The rebound effect of energy-efficiency improvements System dynamics modelling on rebound effects from improved automobile fuel-efficiency, integrating economic theory and social practice theory

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Energy efficiency policies are being implemented by several states to reduce energy consumption and CO2 emissions. The endeavours to increase energy efficiency assume that the improvement in energy efficiency will lead to a decrease in energy consumption and CO2 emission. This assumption, however, might not become a reality if there appear significant behavioural responses in economy and society to the increased energy efficiency, known as ‘rebound effects’ (Herring and Sorrell, 2009). Rebound effects are defined as the gap between expected reductions and actual savings in energy consumption due to improved energy efficiency through technological progress (Berkhout, Muskens, & Velthuijsen, 2000: 426; Binswanger, 2001: 120). The magnitude of rebound effects is critical to ensure the effectiveness of efficiency policies. If the rebound effects are greater than 100%, it is denoted as a ‘backfire’ effect, a paradoxical outcome triggered by the efficiency improvement, implying that energy consumption has increased due to the improvements in energy efficiency. This study aims to investigate the causal mechanisms of generating rebound effects from improved energy efficiency by adopting a methodological approach based on system dynamics modelling. Different disciplines attempt to understand the essence of rebound effects and have explained the rebound generating mechanisms based on their ontologies (Polimeni et al., 2008; Wallenborn, 2018). System dynamics models are utilized as a practical research strategy to converge different disciplines and theories on rebound effects. The system dynamics modelling on rebound effects in this study centres on the sector of automobile fuel efficiency in the EU countries. The modelling to analyse the rebound mechanisms from the improved automobile fuel efficiency is based on the integration of two disciplinary perspectives: economic theory and social practice theory. Computer simulations allow seeing the long-term effect of the enhancement in energy efficiency, compared to the baseline trend, showing the size of the contribution to the energy-saving goals. The model does not concentrate on the estimation of the specific magnitude of the rebound effect. Rather, it aims to enlighten future trends in energy consumption and the possibility that backfires occur. Simulations and model structures are meticulously inspected to understand the generating mechanisms of rebound effects. Furthermore, policy experiments are conducted to explore the policy options for rebound mitigation. Finally, the study discusses the simulation results to get meaningful policy insights and implications in terms of the effectiveness of efficiency policies on energy security and climate change. The simulations and model structures give insight into the relationships between fuel-efficiency improvements and energy consumption. The analysis shows that the increase of fuel efficiency enables to drive more distances per unit amount of fuel, which creates more utilities and human welfare. However, it does not ensure a reduction in energy consumption. It is likely that it causes significant rebound effects leading to less than the expected reduction of energy consumption, or even backfires leading to an increase in energy consumption. Policy experiments elucidate possible pathways to decouple between energy consumption and driving distance as well as to overcome backfires.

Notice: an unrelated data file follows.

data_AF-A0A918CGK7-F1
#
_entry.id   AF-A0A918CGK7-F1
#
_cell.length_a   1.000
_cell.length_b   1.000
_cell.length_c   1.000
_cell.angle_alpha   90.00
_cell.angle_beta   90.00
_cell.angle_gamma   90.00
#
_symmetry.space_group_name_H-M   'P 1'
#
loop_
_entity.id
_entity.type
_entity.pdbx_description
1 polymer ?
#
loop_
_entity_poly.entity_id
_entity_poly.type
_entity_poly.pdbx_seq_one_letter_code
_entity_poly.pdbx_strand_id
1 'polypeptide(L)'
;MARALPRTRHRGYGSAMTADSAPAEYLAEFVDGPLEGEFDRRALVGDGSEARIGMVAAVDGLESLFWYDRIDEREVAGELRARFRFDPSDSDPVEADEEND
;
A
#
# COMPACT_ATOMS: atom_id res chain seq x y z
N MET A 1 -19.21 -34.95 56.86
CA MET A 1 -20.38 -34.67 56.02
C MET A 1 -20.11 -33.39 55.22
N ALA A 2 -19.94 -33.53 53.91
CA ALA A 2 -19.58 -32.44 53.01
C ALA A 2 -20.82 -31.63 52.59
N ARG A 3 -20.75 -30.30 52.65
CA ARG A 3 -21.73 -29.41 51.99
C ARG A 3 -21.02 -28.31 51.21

Faculteit der Managementwetenschappen